I just rode out the first panic attack I’ve had in almost two years.
(Yeah, I forgot how much they suck.)
As I was breathing through it, I tried to remind myself how lucky I am. After all, this used to be a daily occurrence but it’s now a once-in-a-blue-moon kinda thing.
In case you’re interested, here’s what I did to *reduce* the number of panic attacks I have:
- Regular therapy with a qualified mental health professional—CBT was particularly useful.
- Practicing yoga, mindfulness, and meditation on a daily basis.
- Practicing long, slow belly-breathing (I’ll talk about this more below).
- Quitting smoking, alcohol, and caffeine—quitting sugar would probably be helpful, too, but it’s the only vice I have left so I’m hangin’ on to it for dear life!
- Simplifying my schedule and saying ‘no’ more often, to prevent overwhelm.
Not being burdened by panic every day has made a huge difference to my well-being.
So why did it come back today? Who knows.
I suffered from severe burnout a few months ago, so it could be cumulative stress. It could be a reminder to slow down—maybe I’m moving too quickly into a more ‘regular’ pace of life. It could be that I’ve let my mindfulness practice slip a little over the past few weeks so old habits are returning.
I’m just grateful that when panic arises, I now have the tools to deal with them. If you don’t have those tools yet, this post is for you.
(Bear in mind that I’m not a mental health professional—just a fellow panicker who’s figured out what helps in the moment.)
Here’s how I ride out even the *worst* panic attacks:
- Recognise it for what it is. I tell myself, “I’m having a panic attack, I’ve had them before, and it will pass”. I remind myself it’s not permanent and I will survive.
- Remind myself I’m safe. My partner (who’s a therapist) told me it’s not physically possible to pass out when you’re having a panic attack, even though it can feel that way. I always remind myself of this in the midst of panic, especially if I’m driving.
- Place my feet on the floor and my hands on my body. I often feel numb and lightheaded when I have a panic attack, so grounding myself by connecting to my body is helpful. I like to place one hand on my belly and one hand on my heart. Sometimes, I tap my parts of my body, too.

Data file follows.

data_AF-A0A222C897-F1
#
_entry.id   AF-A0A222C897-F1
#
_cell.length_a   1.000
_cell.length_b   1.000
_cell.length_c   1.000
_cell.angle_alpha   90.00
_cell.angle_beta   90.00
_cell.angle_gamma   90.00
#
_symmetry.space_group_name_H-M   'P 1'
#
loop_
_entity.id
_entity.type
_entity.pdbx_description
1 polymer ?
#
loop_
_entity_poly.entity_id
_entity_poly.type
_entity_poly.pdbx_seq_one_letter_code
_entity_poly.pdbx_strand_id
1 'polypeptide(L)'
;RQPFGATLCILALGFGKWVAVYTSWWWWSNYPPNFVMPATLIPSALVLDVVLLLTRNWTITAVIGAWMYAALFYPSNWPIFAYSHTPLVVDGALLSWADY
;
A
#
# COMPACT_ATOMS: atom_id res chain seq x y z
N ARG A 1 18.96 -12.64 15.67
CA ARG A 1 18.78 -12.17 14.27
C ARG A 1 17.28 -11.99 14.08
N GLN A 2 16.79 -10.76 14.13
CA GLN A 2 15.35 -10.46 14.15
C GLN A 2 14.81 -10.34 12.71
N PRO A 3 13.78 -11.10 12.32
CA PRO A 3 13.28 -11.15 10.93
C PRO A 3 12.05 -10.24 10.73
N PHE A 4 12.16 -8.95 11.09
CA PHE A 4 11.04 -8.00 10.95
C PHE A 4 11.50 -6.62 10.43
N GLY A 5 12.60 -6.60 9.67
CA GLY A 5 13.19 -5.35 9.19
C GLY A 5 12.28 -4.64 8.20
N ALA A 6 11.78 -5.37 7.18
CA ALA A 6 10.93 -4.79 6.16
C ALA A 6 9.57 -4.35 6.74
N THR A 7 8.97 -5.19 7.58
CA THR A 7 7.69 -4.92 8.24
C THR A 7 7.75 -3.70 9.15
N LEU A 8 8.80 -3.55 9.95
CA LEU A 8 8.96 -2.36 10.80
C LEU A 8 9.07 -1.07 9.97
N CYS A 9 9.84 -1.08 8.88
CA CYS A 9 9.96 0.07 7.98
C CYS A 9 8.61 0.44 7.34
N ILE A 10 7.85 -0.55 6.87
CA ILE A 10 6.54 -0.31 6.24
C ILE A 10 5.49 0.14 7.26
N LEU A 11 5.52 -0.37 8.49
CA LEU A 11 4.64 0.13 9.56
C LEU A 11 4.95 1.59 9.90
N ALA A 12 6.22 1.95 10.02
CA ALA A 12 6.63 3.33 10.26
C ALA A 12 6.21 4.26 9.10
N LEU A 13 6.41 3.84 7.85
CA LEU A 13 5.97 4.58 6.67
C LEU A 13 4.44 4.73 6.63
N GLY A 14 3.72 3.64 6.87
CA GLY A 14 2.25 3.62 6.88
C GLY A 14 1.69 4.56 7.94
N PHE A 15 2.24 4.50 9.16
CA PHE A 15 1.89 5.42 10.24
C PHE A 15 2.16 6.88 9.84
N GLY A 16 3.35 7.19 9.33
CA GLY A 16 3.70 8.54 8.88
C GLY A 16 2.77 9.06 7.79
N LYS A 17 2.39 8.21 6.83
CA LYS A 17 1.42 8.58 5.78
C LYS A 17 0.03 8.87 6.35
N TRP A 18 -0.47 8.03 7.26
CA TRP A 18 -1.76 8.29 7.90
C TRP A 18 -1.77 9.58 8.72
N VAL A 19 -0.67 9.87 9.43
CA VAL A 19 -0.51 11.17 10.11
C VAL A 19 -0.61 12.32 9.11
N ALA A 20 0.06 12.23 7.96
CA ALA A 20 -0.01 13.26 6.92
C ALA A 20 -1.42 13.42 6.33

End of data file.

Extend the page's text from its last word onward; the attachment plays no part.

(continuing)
- Get some fresh air. If I can easily stand up, I go outside and find a place to sit. If I can’t, I open a window and sit next to it to catch a cool breeze. Feeling the air helps me re-engage my senses.
- Then I start to breathe. Without putting too much pressure on myself, I try to breathe in through my nose for a count of 3 and out for a count of 6. I breathe right into my belly (rather than my chest). Sighing can help to release tension, too. I do this for as long as it takes to feel settled.
- Give myself space and time to rest. I’ve learned that jumping straight into a task is counterproductive. It can bring on another attack later. The kindest thing I can do for myself once a panic attack has subsided is keep breathing, drink some water or herbal tea, and give myself a break.
- Journal about the experience. Words are how I process pain. Journaling moves my attention away from my anxiety and on to the page. I write stream-of-consciousness style and let the words flow. 3 pages usually does the trick.
I’ve found that panic attacks pass quicker if I don’t resist them.
The more I resist it, ignore it, or wish it wasn’t happening, the longer it seems to go on. If I turn towards it, it seems to end quicker.
I also believe there’s wisdom to be found in my panic.
It’s a message from my body. My poor body is constantly trying to get my attention; telling me I need to rest, or stop putting so much pressure on myself, or care for myself a little better. If I haven’t been listening closely enough, a panic attack might be the only way the message gets through.